Through the public-private NextGen Energy Program, the university in 2023 will begin to modernize UMD’s aging energy system, which provides heating, cooling and electricity to campus. Under this program, the university is now committed to achieving a fossil-fuel free power plant by 2035.
Vehicles in the university fleet of light-duty trucks will be replaced with more sustainable electric models, or not at all, as they age out of service, and the administration will seek grants and other financial incentives to help replace costly vehicles like diesel buses.
Verified carbon offsets—investments that fund projects to cut greenhouse gasses elsewhere in order to compensate for campus emissions—for now remain part of UMD’s approach to reaching carbon neutrality and include building wind farms, capturing methane gas emitted from landfills and reducing emissions from freight transport.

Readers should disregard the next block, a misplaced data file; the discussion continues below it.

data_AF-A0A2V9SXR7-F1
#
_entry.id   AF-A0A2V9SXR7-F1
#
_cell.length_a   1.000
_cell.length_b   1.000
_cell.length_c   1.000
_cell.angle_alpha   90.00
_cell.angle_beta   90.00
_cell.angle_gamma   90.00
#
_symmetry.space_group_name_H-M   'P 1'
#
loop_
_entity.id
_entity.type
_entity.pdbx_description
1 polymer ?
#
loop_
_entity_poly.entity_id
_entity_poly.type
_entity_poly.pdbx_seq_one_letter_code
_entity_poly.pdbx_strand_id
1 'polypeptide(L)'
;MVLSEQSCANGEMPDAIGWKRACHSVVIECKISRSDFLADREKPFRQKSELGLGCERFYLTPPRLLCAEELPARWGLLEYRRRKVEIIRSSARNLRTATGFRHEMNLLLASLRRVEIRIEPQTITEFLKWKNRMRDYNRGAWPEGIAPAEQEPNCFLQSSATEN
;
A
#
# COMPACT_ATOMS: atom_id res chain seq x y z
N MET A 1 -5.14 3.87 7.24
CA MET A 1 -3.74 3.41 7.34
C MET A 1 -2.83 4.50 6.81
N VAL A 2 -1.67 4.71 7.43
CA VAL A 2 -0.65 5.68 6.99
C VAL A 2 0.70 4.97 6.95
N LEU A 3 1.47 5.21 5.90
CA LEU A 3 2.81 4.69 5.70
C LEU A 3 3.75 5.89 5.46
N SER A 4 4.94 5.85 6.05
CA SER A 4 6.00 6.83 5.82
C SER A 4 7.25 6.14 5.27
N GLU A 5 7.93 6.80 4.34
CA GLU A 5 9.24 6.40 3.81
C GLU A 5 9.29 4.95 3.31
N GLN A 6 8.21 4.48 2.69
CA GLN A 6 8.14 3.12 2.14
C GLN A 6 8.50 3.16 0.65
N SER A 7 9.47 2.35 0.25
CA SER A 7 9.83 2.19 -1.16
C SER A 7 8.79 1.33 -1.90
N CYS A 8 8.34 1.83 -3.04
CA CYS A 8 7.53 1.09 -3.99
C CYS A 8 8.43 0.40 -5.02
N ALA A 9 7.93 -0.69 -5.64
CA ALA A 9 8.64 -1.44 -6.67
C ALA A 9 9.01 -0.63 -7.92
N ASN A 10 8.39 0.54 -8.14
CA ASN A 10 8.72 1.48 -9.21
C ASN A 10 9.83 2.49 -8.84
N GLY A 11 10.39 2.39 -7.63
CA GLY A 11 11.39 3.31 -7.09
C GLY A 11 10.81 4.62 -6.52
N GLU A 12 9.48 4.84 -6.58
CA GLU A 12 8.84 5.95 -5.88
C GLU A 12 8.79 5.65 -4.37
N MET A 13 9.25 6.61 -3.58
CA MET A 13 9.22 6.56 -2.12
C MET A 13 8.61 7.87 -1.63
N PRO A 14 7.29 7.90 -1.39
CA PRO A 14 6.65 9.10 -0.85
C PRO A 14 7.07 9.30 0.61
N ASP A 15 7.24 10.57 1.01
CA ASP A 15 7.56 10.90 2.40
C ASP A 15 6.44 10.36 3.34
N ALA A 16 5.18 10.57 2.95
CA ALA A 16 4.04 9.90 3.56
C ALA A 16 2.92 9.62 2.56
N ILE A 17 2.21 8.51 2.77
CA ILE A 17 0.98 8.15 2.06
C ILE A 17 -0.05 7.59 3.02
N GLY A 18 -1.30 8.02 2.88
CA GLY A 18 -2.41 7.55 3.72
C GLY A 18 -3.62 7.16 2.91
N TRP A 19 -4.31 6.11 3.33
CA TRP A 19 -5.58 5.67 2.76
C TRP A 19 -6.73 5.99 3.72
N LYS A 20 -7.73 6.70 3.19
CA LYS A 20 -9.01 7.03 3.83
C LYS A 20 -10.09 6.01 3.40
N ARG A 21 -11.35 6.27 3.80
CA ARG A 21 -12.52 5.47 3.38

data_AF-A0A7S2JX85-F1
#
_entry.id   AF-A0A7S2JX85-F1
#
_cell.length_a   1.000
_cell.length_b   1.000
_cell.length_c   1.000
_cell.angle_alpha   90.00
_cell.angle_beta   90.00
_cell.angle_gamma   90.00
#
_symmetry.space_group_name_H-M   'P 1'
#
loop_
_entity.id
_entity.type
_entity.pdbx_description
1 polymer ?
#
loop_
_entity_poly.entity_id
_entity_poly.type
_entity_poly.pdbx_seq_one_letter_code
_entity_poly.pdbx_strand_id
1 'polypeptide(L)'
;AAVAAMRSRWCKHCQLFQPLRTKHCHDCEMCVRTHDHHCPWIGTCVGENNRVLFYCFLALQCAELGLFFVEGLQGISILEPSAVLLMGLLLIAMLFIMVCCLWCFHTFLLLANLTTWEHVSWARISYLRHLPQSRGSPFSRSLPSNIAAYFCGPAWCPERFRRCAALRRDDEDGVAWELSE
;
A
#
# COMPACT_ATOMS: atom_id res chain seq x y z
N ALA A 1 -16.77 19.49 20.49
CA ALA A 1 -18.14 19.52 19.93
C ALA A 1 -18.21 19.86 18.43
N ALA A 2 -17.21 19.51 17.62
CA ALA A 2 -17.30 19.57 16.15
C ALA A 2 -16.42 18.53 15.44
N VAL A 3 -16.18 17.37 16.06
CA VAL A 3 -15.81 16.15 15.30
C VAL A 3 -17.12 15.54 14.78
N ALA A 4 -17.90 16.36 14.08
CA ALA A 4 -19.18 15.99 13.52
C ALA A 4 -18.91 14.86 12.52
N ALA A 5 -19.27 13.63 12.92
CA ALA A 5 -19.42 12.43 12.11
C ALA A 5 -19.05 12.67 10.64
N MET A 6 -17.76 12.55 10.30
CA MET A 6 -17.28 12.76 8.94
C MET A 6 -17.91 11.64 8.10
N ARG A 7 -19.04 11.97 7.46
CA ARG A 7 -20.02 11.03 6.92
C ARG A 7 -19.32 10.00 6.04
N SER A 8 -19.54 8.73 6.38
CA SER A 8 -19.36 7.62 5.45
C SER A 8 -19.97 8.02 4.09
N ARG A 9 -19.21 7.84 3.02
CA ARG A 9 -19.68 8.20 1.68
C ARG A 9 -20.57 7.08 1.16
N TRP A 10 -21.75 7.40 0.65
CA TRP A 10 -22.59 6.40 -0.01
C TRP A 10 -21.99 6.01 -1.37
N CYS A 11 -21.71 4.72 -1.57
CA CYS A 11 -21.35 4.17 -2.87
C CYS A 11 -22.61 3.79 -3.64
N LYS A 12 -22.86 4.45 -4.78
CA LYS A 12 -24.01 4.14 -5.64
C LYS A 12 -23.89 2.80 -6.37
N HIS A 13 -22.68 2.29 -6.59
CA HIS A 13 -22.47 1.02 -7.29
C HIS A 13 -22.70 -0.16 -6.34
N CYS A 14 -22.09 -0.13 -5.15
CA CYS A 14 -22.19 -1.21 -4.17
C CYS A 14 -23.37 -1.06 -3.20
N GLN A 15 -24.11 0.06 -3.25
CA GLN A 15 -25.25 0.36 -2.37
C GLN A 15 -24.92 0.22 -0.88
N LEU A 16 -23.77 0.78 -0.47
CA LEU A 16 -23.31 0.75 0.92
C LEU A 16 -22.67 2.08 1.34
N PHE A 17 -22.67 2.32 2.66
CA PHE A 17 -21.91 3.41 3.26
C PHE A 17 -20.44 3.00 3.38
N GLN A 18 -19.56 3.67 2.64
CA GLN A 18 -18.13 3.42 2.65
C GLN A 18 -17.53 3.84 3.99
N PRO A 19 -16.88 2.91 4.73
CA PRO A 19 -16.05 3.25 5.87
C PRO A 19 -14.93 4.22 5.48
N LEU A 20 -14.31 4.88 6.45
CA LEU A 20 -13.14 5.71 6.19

The 120 Initiative is a consortium of universities and colleges in the Washington metropolitan area committed to the reduction of gun violence.
120 Initiative on Gun Violence Prevention
The 120 Initiative, named in honor of the average daily number of people who die from shootings, is leveraging college and university expertise to offer actionable solutions to reduce this grim toll locally and globally.
The effort will engage experts in a wide range of fields and topics, including criminology, public and mental health, polarization, business sector engagement, citizen advocacy, education and technology. After analyzing available research, the 120 Initiative will suggest evidence-based, practical steps that people and institutions can take, individually and collectively, to drive down gun violence.